Agincourt Day

by admin on 26 October 2016

So its Agincourt Day again.

 One of our most famous victories over the French (in the Hundred Years War anyway).

 Immortalised by Shakespeare in Henry V and subsequently by several ‘based on’ films of varying quality.

 With the greatest respect to those involved in it originally, Shakespeare has done little to further it historically.

 As a piece of political propaganda the play unsurpassed even by the standards of political speech writers of today.

 The ‘Once more unto the breach, dear friends’ and more importantly the St Crispin’s Day speech form the icing on the cake to paraphrase Mary Berry of Bake-off fame.

 Shakespeare may be our greatest playwright but he was in the pay of the then current king of England whilst writing it. Hence the total immersion in propaganda and the lack of actual historical accuracy.

 The famous phrase ‘Once more unto the breach, dear friends’ is somewhat inaccurate. The English didn’t make a breach in the walls of Harfleur.

Henry’s ‘dear friends’ is a bit of a problem – would any battle leader gently encourage his troops with such a gentle invitation?

Not only that the man himself was by all accounts of the time somewhat of a ‘hard man’ and a bit of a bastard. Not anything like the gentle man and lover of Shakespeare’s creation.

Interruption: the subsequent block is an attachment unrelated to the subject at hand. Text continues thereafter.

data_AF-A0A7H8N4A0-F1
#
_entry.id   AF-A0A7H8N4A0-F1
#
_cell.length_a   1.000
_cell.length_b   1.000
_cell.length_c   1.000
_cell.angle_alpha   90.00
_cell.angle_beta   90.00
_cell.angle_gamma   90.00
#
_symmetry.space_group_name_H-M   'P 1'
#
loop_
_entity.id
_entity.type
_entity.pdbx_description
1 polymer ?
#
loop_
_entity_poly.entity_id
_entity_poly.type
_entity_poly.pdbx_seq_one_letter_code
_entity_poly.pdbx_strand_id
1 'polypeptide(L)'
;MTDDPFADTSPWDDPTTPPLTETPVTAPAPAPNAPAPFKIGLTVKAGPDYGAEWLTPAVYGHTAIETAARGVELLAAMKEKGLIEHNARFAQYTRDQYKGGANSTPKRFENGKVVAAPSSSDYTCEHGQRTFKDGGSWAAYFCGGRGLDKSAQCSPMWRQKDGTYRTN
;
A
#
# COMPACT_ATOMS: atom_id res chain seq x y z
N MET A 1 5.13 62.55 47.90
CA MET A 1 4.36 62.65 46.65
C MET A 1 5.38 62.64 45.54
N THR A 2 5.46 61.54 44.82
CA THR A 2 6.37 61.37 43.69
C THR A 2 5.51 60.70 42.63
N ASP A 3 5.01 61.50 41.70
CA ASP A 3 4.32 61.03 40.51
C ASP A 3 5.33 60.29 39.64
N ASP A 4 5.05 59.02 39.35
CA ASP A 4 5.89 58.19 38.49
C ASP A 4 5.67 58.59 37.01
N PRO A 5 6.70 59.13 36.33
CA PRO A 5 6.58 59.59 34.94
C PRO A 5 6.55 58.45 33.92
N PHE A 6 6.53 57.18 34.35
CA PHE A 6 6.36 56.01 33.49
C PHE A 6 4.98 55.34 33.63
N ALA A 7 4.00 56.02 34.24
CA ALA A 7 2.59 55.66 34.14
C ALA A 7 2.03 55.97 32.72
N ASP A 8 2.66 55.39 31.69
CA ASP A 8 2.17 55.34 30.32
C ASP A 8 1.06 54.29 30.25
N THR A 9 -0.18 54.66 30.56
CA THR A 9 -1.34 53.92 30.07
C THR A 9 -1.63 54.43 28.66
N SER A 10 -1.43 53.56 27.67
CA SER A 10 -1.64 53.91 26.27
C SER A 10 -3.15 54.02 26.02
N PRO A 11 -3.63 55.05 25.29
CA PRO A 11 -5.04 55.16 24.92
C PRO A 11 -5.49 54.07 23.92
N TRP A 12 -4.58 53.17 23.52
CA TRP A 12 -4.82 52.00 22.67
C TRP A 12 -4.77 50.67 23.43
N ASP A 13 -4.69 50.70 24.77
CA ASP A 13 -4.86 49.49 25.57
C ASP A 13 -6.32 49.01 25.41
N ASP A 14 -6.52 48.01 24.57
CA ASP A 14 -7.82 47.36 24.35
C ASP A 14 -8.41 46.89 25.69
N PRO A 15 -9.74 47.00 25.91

The St Crispins Day speech is a wonderful bit of writing and one of the best calls to arms ever written. However it was of course never uttered in battle. It was there to shine a rosy light, by reflection on the current King.

 However, One can’t criticise Shakespeare unduly.

 In a much less well known part of the play Shakespeare does, in my opinion, lay out a much fairer and more realistic and personal view of Henry and of war when Henry encounters a soldier called Williams the night before the battle. The arguments Williams puts forward against Henry are some of the most touching thoughts on war and royalty ever penned.


Look it up and have a read please.

 All this gives the modern storyteller (me for instance) an opportunity to look at war and propaganda from an altogether different aspect.

As a writer I know that well written and presented words can have a great effect on how someone sees and reacts to an argument.

 My ‘Agincourt Archer’ incudes the Crispin’s Day speech looked at from one angle.

 It is also part of my ‘Kilted Tommy’ which looks at it from an altogether different perspective.

 Historical interpretation in action!

You can choose, but you need to book my performances to hear the arguments!

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